His hope of forming such a group, merged in October 11, 1917, with a certain woman’s dream. Frances Moloney, a young widow committed to the service of the poor in the City of Dublin, heard a talk given by Fr. Blowick. In his talk the spoke about the great need for dedicated women who would serve with the priests in ministering to the needs of the poor in China. Her heart was deeply touched, and within a few years – 1922 – she and Fr. Blowick had co-founded the Missionary Sisters of St. Columban. Fr Blowick was instrumental in getting all necessary ecclesiastical approbation from Rome and the approval of Dr Fogarty, Bishop of Killaloe, for the new foundation. The first thirteen Sisters (all that the house would accommodate) began their training in a small farm house near St Senan’s college in Cahiracon in February, 1922. Fr Blowick himself had drawn up constitutions. So, on 29 September 1924, the first members vowed themselves to God and the missionary task.
By 1964, like the priests, the Columban Sisters’ numbers had increased to 241, of whom 120 were working in four Asian countries – Philippines, Hong Kong, Korea, Burma – and Peru. Not one was left in China expulsions having been ordered by the new communist government.
Sister Patricia Sweeney reflecting on Fr Blowick’s life wrote: “September 1926 saw Fr Blowick leading the first group of Columban sisters on the lap of their journey into mission. When he parted with them in Colombo he left them his blessing, his sound advice, and a spiritual heritage which has taken many a Columban Sister on many a journey in the near fifty years since then. What were the characteristics of this man who within a single decade (1916-1926) co- founded a society a missionary priests and brothers and founded a congregation of missionary sisters?”
Sister Patricia continues “I mentioned earlier that Fr Blowick was a man of great missionary zeal. Yet, as we meet him in those early days we do not find him carried away in any impetuous manner by this zeal. The development of his missionary vocation and his response to the action of the Holy Spirit seem to have tempered what, to priests and students who knew him well, was a naturally impulsive character. In this new phrase of his vocational response we find a clear-thinking, far-seeing, cautious yet enthusiastic shaper of a mission. Mission needs were studied and, by systemic effort, real needs were given priority. In a letter to Lady Moloney on the 20 September 1918 we find a good summing-up of his approach: ‘Everything depends on initiative, and prudence to a certain point, but not too much – too much prudence will keep us from doing anything.”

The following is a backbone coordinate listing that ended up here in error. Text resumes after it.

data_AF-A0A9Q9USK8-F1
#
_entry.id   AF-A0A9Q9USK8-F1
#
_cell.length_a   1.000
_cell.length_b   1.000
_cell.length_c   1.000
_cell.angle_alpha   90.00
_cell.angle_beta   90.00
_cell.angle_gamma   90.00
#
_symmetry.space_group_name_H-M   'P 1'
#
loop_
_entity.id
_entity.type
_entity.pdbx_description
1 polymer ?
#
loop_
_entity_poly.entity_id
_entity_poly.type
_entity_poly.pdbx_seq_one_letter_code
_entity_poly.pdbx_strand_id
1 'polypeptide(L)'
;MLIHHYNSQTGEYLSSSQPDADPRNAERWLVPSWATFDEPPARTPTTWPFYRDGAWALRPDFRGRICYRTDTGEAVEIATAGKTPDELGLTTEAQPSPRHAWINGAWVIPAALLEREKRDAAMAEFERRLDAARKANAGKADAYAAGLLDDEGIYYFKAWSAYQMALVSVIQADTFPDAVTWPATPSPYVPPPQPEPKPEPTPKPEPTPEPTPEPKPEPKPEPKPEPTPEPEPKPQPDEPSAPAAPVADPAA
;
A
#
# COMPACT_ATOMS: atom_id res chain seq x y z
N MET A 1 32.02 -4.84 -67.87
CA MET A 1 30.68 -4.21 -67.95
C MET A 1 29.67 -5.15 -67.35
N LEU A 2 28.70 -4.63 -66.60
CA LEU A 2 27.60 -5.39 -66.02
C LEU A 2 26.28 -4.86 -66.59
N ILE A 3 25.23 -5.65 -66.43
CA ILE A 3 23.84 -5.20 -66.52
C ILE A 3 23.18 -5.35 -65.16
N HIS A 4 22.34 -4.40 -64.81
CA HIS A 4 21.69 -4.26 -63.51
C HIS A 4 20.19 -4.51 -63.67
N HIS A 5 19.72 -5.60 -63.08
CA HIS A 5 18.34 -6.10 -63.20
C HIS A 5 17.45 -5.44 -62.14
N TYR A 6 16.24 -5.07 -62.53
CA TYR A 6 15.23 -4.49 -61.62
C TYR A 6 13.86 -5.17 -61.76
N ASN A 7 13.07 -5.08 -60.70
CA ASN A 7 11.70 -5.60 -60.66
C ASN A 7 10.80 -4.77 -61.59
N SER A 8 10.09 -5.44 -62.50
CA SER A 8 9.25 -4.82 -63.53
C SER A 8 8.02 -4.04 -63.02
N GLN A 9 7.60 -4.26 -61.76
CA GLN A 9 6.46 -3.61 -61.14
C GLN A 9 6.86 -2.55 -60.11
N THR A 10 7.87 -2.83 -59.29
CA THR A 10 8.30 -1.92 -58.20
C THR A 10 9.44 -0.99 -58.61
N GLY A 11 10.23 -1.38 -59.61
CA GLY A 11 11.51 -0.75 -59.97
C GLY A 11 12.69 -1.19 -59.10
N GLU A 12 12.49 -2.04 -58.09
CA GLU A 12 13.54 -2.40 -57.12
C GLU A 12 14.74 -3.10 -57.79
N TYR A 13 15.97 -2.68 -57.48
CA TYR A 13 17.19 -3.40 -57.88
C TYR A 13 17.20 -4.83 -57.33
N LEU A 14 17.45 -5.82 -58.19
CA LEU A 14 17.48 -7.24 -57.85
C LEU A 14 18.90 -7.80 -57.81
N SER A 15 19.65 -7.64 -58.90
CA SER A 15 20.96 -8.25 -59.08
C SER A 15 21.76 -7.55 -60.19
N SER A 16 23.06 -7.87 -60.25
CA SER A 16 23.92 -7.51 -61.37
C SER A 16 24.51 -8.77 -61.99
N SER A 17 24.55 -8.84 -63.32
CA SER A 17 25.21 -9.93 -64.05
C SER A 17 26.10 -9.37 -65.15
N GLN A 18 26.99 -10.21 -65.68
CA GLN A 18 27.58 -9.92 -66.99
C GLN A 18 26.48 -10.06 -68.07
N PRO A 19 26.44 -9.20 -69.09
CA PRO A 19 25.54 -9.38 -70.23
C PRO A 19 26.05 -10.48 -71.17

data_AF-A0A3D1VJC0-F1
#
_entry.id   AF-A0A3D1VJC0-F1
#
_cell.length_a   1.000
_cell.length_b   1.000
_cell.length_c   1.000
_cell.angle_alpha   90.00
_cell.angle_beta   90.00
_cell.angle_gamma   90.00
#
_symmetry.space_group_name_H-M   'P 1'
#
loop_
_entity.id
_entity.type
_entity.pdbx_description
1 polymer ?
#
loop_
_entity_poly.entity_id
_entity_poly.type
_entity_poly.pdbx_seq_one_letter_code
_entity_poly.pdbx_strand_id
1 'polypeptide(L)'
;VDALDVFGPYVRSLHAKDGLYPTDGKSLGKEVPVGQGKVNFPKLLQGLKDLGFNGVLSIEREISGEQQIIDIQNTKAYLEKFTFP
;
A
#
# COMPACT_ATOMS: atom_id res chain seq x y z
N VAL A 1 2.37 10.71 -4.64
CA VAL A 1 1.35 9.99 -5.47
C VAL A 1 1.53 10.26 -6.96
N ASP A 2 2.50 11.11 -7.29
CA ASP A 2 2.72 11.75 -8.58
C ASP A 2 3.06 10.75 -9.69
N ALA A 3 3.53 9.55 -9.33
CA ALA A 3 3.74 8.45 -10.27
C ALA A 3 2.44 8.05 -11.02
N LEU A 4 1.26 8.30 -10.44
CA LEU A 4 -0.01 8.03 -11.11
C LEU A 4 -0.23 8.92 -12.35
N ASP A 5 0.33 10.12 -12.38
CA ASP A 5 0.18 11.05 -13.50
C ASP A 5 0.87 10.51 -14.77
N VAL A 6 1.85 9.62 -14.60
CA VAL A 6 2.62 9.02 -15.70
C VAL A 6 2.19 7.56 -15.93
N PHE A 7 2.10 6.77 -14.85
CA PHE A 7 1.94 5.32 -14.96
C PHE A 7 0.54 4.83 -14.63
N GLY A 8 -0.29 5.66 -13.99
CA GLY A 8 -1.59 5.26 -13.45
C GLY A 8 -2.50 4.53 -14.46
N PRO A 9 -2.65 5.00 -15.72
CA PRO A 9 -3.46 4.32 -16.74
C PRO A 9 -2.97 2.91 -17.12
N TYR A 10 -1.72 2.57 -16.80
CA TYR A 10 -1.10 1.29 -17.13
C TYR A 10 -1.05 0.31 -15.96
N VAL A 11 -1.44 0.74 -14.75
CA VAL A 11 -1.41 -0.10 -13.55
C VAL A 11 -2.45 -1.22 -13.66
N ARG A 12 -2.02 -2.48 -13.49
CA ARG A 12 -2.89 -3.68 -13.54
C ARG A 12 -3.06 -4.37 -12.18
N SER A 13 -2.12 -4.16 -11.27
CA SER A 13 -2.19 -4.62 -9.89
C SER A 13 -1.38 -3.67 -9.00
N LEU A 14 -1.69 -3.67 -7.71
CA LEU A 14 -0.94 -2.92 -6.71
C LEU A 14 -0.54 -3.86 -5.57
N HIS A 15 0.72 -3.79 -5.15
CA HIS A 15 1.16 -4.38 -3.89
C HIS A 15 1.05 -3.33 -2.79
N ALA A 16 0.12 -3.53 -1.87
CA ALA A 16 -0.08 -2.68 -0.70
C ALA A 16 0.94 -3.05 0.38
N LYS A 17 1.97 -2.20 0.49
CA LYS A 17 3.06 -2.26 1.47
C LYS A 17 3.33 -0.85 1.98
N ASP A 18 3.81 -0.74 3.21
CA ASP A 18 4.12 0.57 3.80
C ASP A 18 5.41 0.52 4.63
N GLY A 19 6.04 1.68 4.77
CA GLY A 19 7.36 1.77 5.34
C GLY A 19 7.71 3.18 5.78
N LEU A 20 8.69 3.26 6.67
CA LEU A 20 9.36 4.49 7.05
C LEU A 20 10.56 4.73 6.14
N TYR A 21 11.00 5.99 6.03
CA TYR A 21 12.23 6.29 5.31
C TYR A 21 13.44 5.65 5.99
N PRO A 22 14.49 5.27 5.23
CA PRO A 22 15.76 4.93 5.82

Memorable for so many of our Sisters was Fr John’s visitation of all the Columban Missions between 1963 –1964. He cared for the welfare of his Columban Sisters.
For this great missionary-priest we offer our grateful thanks to the Lord of Mission
Other biographical details:
John Blowick was born 26 October 1888 in Belcarra, Co. Mayo. He was educated at Westport CBS, and St. Jarlath’s College, Tuam, Co. Galway. He trained as a priest in St Patrick’s College, Maynooth gaining a first in his BA degree, following postgraduate studies he was appointed professor of theology at Maynooth in June 1914 after a competitive concursus (he was the last Maynooth professor selected in that way). He died in Dalgan on 19 June 1972 and was buried in the grounds of the seminary.